Entries in Carol (91)
It's our new Production Design series, "The Furniture." Daniel Walber kicked things off last week with the bedroom in The Exorcist. Now a different era and public spaces - Editor
Thanks to Brooklyn and Carol, 2015 was a banner year for the 1950s department store. Both Eilis and Therese spend a fair amount of time as New York City shopgirls, selling to housewives and dealing with stern floor managers. Yet, despite the ostensibly common setting, Brooklyn's Bartocci's and Carol's Frankenberg's could not be more different.
The staff areas are a good place to start. Bartocci’s has a simple enough space for its employees, with open coat lockers to keep their belongings. It’s not beautiful, but the wood lends it a cozy quality. Production designer François Séguin (The Red Violin) and art directors Irene O’Brien (This Must Be the Place) and Robert Parle (Riddick) have a subtle, but assured touch. [More...]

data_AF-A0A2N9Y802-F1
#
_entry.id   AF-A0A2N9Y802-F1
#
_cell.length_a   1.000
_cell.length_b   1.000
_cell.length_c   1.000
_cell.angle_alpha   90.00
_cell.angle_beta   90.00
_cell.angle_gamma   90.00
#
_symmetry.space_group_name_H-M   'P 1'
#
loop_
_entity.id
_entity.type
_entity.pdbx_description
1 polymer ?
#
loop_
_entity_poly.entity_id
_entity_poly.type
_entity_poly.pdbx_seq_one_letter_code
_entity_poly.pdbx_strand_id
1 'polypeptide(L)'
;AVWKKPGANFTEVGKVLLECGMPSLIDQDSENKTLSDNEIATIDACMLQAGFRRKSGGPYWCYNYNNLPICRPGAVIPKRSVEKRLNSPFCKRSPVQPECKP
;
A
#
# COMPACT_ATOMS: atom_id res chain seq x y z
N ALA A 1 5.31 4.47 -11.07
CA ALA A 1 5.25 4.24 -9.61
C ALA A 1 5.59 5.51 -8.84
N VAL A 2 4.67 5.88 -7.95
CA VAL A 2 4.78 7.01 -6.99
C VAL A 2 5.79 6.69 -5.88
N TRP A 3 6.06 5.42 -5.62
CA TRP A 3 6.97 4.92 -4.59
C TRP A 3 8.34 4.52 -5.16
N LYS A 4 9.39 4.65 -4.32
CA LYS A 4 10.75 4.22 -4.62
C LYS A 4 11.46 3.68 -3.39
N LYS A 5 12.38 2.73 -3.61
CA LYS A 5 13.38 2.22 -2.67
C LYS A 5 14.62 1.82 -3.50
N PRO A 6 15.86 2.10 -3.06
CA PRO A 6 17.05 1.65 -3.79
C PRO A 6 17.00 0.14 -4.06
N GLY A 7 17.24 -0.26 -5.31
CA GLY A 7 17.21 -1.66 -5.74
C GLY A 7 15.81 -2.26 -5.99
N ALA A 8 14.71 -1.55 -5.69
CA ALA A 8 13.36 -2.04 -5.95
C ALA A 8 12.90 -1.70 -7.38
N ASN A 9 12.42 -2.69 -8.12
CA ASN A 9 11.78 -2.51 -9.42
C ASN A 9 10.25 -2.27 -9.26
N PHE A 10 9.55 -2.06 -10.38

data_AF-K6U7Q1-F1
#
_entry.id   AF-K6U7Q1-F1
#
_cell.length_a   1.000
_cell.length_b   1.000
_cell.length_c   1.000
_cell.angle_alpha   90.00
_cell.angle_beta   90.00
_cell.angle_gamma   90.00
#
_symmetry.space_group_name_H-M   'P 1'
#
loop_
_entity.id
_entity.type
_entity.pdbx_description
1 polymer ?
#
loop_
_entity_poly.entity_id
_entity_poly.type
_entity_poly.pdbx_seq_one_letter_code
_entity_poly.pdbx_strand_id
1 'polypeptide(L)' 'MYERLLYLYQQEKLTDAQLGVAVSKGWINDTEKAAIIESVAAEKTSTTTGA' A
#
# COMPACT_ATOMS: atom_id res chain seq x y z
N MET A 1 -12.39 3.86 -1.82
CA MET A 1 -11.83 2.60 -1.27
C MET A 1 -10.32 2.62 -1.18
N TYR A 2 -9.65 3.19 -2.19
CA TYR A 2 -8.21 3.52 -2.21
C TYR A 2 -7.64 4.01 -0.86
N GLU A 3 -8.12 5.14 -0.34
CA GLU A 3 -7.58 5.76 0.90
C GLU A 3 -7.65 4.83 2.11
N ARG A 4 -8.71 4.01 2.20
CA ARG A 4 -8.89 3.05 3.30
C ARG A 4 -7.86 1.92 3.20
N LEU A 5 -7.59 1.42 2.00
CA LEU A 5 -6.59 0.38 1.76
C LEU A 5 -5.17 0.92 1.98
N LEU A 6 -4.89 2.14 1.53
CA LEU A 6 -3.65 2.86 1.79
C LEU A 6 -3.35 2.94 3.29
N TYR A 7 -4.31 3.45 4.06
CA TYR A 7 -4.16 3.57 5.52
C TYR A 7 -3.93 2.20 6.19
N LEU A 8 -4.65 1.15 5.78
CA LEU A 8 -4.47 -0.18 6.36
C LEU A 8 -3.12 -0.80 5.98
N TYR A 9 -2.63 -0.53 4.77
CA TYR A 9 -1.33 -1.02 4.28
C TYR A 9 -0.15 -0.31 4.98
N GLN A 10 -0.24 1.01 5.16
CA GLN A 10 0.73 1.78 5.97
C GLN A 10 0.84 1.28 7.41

Have you seen the British Film Institute's 30 Best LBGT Films of All Time yet? The list was compiled in honor of the 30th London LGBT Film Festival and features a delightfully wide range of global cinema, classics, and new favorites.
There have been complaints of recent films performing so high on an All Time list, but it's important to remember that LGBT film has become increasingly more common and less niche in recent years - such a list is naturally going to be drawing from a larger pool of candidates from the past 20 years.
The BFI's number one is the most recent and we might have had a few things to say about it here at The Film Experience. Yes, the beloved Carol took the top spot. Say what you will about this months-old film winning an All Time title, at least our beloved has finally won something! It's also exciting that they awarded a film directed by an LGBT person, as our stories are historically rewarded when told by straight persons.
Following right behind is another gay romance: Andrew Haigh's Weekend. The film is recent to the world, but an even more recent release in Italy where it is just now opening five years after its debut. It even drew unusually large crowds, too - despite pushback from the Vatican.
The Full List after the jump...
David here with some commiserations. The winners have been duly celebrated but what of those valiant souls who came, who sat, and who meekly applauded while silently ripping their pocket speeches to pieces? Are they over it by now?